Monday, June 8, 2009

Praying For Rain

The body was assembled and strapped to the table, the sutures smeared with sterile grease to keep the gut from becoming brittle. The cables had been clamped to the electrodes on either side of the creature’s neck, connecting it to the armature that rose in the spire above. My assistant, who was indeed strong but by no means deformed, turned the crank to elevate the table into position. He paused for a heartbeat, understanding the gravity of the moment. It was time for me to say something.

We had been at our work for decades. I acquired the manor house with its attached laboratory, and we cleared debris from the attic and cellars. Igoroslav converted the servants’ quarters to a respectable chamber with a study and modest library, somehow finding a way to continue his studies despite the demands our work placed on his time.

I established relationships with the producers of scientific instruments and raw goods for our experiments, developing a rapport with several of the area hospitals and homes for indigents. Slowly the research led us to the study of galvanic forces, and we found ourselves augmenting our surgical knowledge with the tools of the coppersmith and engineer.

Of the two of us I came later to the understanding that our work was moving beyond the more well-lit paths of scientific inquiry. There were times when doubt would stay our hands, but always the one would encourage the other to look beyond the benighted mores of our primitive age. The Work was all that mattered.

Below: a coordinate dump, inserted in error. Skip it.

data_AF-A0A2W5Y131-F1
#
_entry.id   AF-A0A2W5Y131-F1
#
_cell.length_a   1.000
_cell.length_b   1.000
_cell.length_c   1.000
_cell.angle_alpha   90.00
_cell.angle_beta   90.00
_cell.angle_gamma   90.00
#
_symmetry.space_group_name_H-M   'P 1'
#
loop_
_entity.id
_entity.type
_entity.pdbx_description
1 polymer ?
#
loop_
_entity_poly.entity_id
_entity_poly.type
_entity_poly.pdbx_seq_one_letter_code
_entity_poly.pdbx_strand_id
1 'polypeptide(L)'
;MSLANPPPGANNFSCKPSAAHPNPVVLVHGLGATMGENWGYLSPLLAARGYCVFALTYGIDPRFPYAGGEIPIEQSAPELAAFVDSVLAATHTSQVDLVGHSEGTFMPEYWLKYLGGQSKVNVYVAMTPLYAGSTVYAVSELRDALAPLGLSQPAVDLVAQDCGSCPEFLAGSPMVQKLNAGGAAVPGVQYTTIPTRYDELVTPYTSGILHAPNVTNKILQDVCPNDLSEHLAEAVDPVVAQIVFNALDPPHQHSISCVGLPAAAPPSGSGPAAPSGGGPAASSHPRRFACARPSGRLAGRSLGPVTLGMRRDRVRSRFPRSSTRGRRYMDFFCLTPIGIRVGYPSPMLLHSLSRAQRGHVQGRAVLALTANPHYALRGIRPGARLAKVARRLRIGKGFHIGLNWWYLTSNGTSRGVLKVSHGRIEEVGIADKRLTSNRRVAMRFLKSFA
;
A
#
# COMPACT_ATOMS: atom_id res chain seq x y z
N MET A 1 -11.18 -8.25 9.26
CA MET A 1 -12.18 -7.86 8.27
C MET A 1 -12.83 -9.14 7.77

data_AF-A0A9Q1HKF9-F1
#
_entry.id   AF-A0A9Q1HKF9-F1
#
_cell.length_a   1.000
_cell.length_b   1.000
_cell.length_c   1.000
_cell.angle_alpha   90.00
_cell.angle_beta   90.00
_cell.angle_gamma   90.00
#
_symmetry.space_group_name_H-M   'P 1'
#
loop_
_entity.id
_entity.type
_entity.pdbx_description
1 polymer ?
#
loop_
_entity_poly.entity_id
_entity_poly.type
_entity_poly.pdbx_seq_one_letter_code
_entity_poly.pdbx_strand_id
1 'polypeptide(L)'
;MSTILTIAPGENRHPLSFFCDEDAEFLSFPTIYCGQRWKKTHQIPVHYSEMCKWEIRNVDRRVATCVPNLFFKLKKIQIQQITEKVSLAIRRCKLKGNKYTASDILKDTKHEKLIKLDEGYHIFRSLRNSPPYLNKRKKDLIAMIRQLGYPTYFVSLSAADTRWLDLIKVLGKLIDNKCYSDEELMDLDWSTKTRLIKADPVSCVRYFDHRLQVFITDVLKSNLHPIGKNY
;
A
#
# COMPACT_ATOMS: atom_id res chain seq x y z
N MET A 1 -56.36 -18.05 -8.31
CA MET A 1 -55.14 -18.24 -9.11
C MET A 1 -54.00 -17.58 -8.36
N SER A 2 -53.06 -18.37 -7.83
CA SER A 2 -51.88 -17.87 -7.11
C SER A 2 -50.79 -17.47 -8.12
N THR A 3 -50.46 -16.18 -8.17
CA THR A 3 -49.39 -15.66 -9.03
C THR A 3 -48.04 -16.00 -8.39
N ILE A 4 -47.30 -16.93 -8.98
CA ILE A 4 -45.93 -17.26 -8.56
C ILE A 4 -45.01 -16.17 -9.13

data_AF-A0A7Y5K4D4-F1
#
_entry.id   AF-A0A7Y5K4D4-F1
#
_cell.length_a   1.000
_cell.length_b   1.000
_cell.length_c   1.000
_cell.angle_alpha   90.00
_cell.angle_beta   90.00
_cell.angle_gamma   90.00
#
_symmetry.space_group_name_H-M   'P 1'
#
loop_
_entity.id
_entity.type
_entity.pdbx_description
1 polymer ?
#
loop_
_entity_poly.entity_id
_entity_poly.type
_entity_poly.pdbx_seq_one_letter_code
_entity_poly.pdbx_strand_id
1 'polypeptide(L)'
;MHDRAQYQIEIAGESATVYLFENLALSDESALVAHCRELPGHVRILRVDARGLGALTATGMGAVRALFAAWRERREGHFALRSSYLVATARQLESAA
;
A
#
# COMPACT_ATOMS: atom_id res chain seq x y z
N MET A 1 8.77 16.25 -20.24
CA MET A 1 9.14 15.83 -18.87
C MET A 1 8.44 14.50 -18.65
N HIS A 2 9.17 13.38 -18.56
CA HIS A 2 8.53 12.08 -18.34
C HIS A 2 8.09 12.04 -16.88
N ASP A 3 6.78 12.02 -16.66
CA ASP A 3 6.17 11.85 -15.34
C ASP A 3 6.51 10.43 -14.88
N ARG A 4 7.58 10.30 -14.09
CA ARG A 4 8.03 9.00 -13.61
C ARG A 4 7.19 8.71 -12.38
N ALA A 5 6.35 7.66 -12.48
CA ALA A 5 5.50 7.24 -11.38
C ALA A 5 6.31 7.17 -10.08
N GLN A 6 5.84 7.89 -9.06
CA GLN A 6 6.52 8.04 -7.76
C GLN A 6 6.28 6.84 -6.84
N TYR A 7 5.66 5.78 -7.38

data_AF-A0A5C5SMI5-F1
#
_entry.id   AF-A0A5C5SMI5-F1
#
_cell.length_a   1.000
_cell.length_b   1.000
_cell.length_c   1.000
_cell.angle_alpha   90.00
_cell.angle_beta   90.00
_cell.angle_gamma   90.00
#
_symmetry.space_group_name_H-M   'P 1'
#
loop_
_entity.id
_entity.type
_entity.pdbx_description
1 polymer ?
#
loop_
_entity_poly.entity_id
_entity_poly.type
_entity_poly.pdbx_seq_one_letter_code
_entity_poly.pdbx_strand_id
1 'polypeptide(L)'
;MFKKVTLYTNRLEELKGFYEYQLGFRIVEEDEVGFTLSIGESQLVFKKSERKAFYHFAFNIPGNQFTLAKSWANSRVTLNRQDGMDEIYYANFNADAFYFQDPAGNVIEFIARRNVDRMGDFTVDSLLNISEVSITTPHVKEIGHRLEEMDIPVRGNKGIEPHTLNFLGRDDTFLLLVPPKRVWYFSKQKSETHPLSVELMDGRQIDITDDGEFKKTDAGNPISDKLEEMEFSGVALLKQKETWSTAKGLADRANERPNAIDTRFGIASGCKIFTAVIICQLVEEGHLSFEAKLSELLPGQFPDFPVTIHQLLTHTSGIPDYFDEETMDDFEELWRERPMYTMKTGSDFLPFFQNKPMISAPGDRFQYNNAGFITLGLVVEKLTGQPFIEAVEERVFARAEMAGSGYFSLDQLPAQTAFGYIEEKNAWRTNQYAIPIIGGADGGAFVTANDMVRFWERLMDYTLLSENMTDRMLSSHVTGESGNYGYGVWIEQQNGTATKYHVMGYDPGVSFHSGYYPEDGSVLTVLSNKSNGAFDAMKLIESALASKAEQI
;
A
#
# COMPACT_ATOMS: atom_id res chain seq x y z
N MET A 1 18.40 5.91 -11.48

As I reflected in that moment of triumph I realized that Igoroslav was much more than a mere assistant. Just as we had been creating a masterwork of surgical and electric craft, we had also been shaping each other in the form of a new kind of scientist: equal parts natural philosopher, alchemist, and evangelist for the age of reason. In moments the lightning would course through our apparatus, into capacitors and great batteries of lead-acid cells, discharging the force of life itself into the creature. But this was almost an afterthought. The more powerful act of creation had already occurred. Limitless potential yawned before us – no problem could prove the equal of scientific thought unburdened by the moral superstitions of backward eras.

“Thank you, Igor,” I said, shortening his name as I would a son’s. He smiled, and I pulled the lever that opened the spire to the sky. The storm lashed the vault of heaven, blinding arcs flashing through the clouds, thunder ringing out as if to crack the world in two.
--Steve Kilian

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